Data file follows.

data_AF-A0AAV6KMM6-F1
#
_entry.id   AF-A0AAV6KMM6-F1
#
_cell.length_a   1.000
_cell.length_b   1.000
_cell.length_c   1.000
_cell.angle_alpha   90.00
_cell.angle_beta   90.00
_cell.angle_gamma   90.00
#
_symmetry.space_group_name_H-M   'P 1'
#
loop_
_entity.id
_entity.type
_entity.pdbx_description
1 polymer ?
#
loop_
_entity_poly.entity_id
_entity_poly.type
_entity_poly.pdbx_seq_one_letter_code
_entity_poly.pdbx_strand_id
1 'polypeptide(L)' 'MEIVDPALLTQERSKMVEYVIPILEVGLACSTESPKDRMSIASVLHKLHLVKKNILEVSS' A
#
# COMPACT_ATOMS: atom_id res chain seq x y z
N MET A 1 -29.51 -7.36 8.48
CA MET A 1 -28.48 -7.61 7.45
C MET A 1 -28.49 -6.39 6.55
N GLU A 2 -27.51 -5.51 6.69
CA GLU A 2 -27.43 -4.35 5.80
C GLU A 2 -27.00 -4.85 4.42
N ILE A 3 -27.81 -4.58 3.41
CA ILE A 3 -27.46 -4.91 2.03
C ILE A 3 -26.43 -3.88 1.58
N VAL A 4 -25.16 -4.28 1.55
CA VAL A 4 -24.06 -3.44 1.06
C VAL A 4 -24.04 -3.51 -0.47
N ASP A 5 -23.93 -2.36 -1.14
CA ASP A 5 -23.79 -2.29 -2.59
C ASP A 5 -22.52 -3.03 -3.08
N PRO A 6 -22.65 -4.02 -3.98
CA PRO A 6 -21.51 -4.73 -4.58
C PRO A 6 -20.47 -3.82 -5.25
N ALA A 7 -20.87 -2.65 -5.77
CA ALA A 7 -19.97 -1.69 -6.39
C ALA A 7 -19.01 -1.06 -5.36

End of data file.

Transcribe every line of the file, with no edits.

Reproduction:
data_AF-A0AAV6KMM6-F1
#
_entry.id   AF-A0AAV6KMM6-F1
#
_cell.length_a   1.000
_cell.length_b   1.000
_cell.length_c   1.000
_cell.angle_alpha   90.00
_cell.angle_beta   90.00
_cell.angle_gamma   90.00
#
_symmetry.space_group_name_H-M   'P 1'
#
loop_
_entity.id
_entity.type
_entity.pdbx_description
1 polymer ?
#
loop_
_entity_poly.entity_id
_entity_poly.type
_entity_poly.pdbx_seq_one_letter_code
_entity_poly.pdbx_strand_id
1 'polypeptide(L)' 'MEIVDPALLTQERSKMVEYVIPILEVGLACSTESPKDRMSIASVLHKLHLVKKNILEVSS' A
#
# COMPACT_ATOMS: atom_id res chain seq x y z
N MET A 1 -29.51 -7.36 8.48
CA MET A 1 -28.48 -7.61 7.45
C MET A 1 -28.49 -6.39 6.55
N GLU A 2 -27.51 -5.51 6.69
CA GLU A 2 -27.43 -4.35 5.80
C GLU A 2 -27.00 -4.85 4.42
N ILE A 3 -27.81 -4.58 3.41
CA ILE A 3 -27.46 -4.91 2.03
C ILE A 3 -26.43 -3.88 1.58
N VAL A 4 -25.16 -4.28 1.55
CA VAL A 4 -24.06 -3.44 1.06
C VAL A 4 -24.04 -3.51 -0.47
N ASP A 5 -23.93 -2.36 -1.14
CA ASP A 5 -23.79 -2.29 -2.59
C ASP A 5 -22.52 -3.03 -3.08
N PRO A 6 -22.65 -4.02 -3.98
CA PRO A 6 -21.51 -4.73 -4.58
C PRO A 6 -20.47 -3.82 -5.25
N ALA A 7 -20.87 -2.65 -5.77
CA ALA A 7 -19.97 -1.69 -6.39
C ALA A 7 -19.01 -1.06 -5.36